Only a crash will end slip-streaming qualifying queues, warns Hamilton
Lewis Hamilton warned on Saturday only a crash would prevent future repeats of the slip-streaming farce that concluded Saturday’s qualifying session for the Italian Grand Prix.
The defending Formula One champion, who qualified second behind Ferrari’s Charles Leclerc in his Mercedes, repeated his warning about the dangers of drivers slowing down in a bunch to find a tow.
“I am sure it is going to continue, as positioning is key. If everyone is going out so late, it will continue to be an issue in places where you particularly need a tow,” said Hamilton.
“It won’t be until someone crashes that they will change. We are all trying to get a gap, which continues to be key... In some places, you want a bigger gap and in some places it is about the tow.
“It is the system that needs to shift a little, but I don’t think we need to start handing out penalties.
“We need to look at it and reflect and see what we can do to make it better. Better for the fans and less dangerous.”
After the session, which ended with only two cars producing lap times while the rest were timed out by the chequered flag, Hamilton had suggested Ferrari had been responsible for the outcome.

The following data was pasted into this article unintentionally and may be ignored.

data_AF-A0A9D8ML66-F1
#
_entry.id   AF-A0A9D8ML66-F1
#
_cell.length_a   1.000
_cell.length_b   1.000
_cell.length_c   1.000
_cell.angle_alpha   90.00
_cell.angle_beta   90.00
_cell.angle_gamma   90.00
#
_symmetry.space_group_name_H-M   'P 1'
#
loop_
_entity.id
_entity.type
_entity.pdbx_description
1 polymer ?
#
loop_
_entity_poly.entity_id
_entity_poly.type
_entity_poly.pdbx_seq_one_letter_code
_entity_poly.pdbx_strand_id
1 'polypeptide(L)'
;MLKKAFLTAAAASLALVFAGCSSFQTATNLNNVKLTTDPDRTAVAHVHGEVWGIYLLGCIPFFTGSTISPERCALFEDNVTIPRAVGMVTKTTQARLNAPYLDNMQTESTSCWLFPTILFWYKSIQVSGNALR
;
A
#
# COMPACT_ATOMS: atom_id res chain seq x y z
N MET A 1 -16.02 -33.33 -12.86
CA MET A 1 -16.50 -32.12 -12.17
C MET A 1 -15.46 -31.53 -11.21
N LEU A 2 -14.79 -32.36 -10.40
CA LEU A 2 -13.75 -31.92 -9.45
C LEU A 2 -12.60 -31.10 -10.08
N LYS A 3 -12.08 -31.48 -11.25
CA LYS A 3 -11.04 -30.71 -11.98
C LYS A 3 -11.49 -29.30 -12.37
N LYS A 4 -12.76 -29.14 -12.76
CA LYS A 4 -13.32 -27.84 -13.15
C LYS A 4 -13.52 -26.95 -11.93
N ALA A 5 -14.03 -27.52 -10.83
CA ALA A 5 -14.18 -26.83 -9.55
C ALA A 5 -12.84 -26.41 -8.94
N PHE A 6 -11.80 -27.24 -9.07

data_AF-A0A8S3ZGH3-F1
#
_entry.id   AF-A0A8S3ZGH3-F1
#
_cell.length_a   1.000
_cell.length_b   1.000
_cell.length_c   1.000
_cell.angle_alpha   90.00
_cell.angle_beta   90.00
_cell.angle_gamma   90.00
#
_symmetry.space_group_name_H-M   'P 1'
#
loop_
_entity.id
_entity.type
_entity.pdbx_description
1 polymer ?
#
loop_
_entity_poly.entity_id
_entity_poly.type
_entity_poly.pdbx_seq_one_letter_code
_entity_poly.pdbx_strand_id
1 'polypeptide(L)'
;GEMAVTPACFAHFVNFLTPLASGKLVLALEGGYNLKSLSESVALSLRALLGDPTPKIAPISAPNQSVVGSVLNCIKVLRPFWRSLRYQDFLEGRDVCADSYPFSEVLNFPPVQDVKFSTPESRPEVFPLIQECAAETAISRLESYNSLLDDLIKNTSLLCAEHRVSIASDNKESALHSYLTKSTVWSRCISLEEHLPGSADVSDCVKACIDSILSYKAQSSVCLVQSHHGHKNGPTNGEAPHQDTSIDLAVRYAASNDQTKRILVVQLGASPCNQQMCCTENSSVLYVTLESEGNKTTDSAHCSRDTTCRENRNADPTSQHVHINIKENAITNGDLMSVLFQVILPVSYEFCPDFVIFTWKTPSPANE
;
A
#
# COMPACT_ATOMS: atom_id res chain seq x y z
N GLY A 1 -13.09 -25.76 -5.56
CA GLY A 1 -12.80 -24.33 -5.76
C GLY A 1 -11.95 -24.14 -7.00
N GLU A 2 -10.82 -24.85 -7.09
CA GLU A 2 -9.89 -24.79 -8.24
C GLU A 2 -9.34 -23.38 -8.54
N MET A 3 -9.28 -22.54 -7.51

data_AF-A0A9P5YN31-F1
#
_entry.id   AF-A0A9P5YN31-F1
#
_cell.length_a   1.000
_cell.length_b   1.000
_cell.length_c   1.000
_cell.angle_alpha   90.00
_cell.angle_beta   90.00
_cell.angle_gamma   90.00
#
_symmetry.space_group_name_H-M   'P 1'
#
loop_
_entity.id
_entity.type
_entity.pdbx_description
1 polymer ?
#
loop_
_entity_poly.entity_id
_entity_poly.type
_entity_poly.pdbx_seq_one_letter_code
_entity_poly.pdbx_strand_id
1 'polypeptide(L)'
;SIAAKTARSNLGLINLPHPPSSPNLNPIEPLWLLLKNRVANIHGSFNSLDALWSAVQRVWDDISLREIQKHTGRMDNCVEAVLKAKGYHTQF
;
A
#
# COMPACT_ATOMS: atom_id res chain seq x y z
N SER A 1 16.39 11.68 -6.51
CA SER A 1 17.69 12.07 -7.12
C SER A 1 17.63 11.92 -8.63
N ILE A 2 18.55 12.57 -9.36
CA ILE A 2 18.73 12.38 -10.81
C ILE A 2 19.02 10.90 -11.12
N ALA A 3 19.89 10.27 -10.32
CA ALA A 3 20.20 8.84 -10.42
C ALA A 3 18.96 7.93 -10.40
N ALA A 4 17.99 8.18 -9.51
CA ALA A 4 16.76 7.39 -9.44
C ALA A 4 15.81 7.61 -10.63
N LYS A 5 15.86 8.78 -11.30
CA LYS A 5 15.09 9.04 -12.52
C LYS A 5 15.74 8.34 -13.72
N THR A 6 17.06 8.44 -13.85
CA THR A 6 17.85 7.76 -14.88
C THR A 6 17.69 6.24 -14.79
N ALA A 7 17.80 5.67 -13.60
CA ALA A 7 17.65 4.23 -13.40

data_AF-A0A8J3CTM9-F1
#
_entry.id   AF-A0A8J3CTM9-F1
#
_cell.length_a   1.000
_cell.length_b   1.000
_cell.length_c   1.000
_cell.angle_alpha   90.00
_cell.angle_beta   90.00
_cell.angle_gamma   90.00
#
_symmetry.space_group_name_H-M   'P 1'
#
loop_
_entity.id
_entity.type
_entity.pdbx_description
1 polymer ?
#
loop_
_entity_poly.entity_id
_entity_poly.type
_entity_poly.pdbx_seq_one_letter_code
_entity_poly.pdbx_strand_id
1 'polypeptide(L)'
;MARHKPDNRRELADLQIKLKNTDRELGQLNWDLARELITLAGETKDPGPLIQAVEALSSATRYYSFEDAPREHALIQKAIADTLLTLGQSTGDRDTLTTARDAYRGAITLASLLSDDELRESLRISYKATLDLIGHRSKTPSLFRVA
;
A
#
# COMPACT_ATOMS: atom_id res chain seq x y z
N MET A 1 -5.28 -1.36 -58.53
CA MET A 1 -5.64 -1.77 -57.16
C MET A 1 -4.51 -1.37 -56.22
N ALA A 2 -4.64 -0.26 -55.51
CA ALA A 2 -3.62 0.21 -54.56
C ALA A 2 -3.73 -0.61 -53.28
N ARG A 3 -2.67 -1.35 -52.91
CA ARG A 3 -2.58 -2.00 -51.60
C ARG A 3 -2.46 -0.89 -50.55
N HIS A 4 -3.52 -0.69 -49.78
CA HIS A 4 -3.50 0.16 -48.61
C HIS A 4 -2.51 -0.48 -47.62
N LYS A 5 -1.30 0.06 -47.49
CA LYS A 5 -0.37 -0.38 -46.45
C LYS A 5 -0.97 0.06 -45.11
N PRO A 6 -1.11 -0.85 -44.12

This was dismissed by Leclerc, who took his second successive pole following his maiden GP win in Belgium.
“It was definitely not intentional from our side. There was also Seb who was capable of having the pole position and we didn’t want to sacrifice one car for the pole with the other,” said Leclerc.
“It was quite tricky. I definitely think that situations like what happened after the second corner shouldn’t happen — there were two cars side-by-side going at 20 kph and we couldn’t pass them.
“I think most of the drivers behind wanted to pass, but didn’t have the opportunity. These situations made a big mess towards the end and that’s why some cars didn’t make it to start their laps.”
Leclerc’s Ferrari team-mate Sebastian Vettel was left unhappy after qualifying fourth behind Valtteri Bottas in the second Mercedes.
“I’m not happy with how it went,” he said. “I thought internally we had a better way that we communicated this ... It was not what we intended to do.”